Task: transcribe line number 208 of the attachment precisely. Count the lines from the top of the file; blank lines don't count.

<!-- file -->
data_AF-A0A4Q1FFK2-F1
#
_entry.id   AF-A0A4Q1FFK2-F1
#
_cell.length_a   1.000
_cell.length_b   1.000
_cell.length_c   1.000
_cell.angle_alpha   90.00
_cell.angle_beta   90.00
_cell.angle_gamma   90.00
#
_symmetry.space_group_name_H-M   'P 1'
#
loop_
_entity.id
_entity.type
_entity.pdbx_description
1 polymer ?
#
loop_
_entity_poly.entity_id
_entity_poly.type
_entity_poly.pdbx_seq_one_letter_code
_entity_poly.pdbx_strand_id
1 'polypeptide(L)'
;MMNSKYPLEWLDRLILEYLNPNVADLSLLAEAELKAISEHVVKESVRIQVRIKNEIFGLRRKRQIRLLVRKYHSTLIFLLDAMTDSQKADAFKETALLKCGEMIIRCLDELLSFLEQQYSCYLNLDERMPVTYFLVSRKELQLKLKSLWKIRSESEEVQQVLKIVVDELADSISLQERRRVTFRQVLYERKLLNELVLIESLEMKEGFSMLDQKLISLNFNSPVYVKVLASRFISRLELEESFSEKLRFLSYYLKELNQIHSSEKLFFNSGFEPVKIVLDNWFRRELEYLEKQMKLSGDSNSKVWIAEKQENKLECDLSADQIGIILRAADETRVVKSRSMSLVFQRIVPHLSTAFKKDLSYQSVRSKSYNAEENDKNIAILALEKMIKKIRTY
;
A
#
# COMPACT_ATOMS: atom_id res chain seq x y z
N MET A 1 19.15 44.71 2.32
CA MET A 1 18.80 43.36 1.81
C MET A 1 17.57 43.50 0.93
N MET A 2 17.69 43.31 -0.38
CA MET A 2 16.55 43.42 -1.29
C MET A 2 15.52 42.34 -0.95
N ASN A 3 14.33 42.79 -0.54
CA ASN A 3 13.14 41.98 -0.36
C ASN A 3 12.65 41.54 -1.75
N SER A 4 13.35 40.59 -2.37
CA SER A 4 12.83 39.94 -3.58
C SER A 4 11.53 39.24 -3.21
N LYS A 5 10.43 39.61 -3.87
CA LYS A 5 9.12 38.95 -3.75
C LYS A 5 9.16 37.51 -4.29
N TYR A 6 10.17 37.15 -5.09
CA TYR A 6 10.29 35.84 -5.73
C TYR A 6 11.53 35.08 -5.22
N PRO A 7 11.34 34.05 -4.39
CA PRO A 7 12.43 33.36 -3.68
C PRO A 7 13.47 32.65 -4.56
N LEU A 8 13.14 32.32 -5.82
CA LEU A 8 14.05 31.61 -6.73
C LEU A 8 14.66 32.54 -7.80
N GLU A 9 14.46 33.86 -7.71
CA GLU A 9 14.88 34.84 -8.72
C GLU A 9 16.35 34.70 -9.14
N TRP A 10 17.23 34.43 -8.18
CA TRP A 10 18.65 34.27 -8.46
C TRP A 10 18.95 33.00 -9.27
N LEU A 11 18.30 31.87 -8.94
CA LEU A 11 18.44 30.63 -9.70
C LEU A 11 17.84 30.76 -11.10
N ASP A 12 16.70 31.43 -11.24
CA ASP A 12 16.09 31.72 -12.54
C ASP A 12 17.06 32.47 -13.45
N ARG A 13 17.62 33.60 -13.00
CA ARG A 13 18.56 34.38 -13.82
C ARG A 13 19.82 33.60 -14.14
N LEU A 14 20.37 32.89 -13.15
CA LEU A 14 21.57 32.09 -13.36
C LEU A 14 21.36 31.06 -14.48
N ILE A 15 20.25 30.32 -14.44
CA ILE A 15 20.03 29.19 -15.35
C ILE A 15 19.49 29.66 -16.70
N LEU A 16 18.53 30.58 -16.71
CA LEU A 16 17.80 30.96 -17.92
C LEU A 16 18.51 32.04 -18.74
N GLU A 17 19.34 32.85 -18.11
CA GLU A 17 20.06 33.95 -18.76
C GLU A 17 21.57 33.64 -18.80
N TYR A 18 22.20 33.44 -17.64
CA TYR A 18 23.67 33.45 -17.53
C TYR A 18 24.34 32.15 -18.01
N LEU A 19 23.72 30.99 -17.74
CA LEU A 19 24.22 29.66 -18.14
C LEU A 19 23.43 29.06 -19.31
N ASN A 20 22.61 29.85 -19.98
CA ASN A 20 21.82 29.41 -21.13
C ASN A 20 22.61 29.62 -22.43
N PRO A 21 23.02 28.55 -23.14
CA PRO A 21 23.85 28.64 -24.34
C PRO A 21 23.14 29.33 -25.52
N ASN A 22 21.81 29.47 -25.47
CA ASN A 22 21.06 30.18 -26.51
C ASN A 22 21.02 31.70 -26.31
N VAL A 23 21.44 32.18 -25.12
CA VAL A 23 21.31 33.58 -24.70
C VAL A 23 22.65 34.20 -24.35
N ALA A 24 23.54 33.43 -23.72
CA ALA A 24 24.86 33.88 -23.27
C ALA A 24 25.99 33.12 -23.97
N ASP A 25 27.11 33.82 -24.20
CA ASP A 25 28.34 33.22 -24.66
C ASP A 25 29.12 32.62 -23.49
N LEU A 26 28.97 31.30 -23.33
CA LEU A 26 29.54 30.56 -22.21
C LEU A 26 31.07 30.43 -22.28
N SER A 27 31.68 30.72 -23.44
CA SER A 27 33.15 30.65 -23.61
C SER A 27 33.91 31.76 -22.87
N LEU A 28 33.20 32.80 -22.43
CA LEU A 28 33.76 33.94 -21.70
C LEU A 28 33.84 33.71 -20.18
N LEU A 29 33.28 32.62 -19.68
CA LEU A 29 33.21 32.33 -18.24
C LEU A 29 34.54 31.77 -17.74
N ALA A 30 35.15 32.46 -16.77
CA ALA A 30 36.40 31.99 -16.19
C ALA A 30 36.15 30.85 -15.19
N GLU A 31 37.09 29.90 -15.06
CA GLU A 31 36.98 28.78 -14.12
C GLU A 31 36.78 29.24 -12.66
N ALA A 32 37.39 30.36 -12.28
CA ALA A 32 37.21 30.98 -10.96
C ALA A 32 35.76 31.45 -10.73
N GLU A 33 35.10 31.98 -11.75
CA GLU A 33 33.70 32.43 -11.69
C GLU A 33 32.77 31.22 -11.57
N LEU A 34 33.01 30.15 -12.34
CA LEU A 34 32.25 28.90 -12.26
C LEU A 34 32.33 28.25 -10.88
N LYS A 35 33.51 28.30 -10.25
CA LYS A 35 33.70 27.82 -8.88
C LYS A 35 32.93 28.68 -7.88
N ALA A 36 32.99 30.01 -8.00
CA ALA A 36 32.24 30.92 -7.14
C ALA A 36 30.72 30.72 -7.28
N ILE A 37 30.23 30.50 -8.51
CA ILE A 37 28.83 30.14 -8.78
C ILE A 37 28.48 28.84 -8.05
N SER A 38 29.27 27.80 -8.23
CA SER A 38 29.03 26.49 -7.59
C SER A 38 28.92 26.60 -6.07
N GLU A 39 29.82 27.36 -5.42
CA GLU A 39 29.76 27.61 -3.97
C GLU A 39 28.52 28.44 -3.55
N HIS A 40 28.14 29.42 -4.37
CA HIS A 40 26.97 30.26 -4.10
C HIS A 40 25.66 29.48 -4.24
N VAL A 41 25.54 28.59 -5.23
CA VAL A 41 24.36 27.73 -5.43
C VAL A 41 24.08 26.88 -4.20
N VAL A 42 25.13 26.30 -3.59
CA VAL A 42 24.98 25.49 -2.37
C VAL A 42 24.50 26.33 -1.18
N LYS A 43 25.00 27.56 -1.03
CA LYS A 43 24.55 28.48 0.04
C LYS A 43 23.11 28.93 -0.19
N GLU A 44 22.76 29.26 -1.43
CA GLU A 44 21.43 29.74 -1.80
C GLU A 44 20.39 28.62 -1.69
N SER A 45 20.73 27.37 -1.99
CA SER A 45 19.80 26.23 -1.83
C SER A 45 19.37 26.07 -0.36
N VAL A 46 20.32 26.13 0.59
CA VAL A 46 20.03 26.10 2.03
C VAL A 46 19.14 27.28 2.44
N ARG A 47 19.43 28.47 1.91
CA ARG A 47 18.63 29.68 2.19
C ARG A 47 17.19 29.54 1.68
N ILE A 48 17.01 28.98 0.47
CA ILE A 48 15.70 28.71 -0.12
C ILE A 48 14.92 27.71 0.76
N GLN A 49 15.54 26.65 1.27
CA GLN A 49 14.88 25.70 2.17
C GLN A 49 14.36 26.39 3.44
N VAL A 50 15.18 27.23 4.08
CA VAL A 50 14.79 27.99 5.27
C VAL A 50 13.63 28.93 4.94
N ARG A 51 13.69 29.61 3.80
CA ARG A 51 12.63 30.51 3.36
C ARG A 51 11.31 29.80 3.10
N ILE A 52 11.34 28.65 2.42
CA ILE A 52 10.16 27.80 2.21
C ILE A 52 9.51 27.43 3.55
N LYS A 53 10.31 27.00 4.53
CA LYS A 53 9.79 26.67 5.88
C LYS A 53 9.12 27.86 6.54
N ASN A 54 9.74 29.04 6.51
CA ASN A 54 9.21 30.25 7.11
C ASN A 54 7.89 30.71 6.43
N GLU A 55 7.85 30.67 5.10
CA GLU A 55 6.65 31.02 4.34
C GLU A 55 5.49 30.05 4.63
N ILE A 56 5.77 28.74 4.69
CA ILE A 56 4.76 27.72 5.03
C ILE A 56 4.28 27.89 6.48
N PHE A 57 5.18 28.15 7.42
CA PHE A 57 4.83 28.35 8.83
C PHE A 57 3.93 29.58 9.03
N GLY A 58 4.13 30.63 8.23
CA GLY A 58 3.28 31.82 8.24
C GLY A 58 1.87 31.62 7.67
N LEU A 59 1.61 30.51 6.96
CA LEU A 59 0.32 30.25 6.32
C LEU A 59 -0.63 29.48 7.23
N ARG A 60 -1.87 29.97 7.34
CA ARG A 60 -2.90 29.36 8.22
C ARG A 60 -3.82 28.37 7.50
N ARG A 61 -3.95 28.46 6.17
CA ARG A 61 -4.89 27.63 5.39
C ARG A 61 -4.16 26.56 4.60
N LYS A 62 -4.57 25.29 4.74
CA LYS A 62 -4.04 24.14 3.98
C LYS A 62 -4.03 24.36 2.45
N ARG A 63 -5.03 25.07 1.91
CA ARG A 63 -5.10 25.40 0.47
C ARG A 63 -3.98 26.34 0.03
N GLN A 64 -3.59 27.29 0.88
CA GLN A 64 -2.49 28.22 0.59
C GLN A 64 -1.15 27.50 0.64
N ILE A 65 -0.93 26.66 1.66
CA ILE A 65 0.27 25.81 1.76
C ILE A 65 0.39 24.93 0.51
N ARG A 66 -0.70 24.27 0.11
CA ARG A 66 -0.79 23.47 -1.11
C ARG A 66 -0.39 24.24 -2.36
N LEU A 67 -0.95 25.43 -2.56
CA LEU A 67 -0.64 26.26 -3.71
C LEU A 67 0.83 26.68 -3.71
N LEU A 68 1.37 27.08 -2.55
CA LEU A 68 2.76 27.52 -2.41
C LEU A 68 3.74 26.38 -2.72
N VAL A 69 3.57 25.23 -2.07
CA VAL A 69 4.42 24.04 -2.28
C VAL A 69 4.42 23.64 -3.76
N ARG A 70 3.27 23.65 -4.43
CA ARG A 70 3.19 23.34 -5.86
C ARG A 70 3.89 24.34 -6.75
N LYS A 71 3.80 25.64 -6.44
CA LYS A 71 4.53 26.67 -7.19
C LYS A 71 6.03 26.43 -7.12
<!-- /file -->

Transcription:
N ARG A 60 -1.87 29.97 7.34